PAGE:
• It remains unknown exactly how the HLA-B27 molecule triggers an inflammatory response in the body. It has been suggested that it occurs when an infectious organism that looks similar to HLA-B27 enters the body. In such cases, researchers believe that the immune system cells mistake the HLA-B27 molecule for the infectious agent. As a result, the immune system attacks itself and symptoms of rheumatoid disease occur. It has also been suggested that the HLA-B27 molecules bind to infectious agents. This may cause the immune system to attack itself. A third theory is that the HLA-B27 molecule may be closely linked to a currently unidentified gene that is responsible for triggering the immune response.
  • Acute anterior uveitis: About 50-60% of patients who have acute anterior uveitis (AAU) are HLA-B27 positive. Acute anterior uveitis (AAU) is an inflammation of the uveal tract that lines the inside of the eye behind the cornea. The incidence of this disease varies according to racial background and nationality. AAU that is associated with the HLA-B27 molecule is most common among Caucasians and least common among African Americans. Symptoms often include severe eye pain, redness near the edge of the iris (colored part of the eye), and extreme sensitivity to light.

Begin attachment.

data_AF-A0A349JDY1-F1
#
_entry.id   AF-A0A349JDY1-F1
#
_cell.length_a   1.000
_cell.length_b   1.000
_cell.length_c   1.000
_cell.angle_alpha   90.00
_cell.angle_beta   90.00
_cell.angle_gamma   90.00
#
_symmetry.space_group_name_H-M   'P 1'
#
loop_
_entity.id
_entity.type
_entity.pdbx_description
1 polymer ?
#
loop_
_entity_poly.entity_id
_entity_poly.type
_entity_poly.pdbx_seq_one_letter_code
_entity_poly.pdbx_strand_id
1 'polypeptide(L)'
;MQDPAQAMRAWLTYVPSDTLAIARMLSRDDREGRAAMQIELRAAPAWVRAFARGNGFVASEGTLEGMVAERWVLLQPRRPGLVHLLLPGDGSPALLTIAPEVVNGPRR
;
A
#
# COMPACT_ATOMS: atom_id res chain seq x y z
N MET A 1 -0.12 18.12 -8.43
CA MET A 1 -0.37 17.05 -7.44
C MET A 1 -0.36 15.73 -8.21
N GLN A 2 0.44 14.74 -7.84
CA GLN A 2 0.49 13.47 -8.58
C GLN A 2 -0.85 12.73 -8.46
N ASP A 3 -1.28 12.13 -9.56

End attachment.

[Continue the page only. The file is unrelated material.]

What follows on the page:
• While the exact relationship between the HLA-B27 gene and AAU remains unknown, several theories exist. Based on several animal studies, many cases of AAU occur after a patient develops chlamydia or an infection that causes diarrhea. Disease-causing organisms that have shown to cause AAU include Shigella, Salmonella, Klebsiella, and Yersinia species. These organisms have similar structures to the HLA molecule. As the immune system fights off these organisms, the body may mistake the HLA-B27 molecules for the disease-causing agents. When this occurs, symptoms of AAU may subsequently develop.

  • Researchers suggest that patients who have the HLA-DR molecule may have an increased risk of developing autoimmune disorders. These disorders occur when the immune mistakenly attacks the body's own tissues because they are incorrectly identified as harmful substances like bacteria or viruses.
  • The most common autoimmune disorder associated with the HLA-DR molecule is rheumatoid arthritis. This condition causes the joints to become swollen and painful. Without treatment, the pain may make it difficult for the patient to perform normal daily activities such as walking.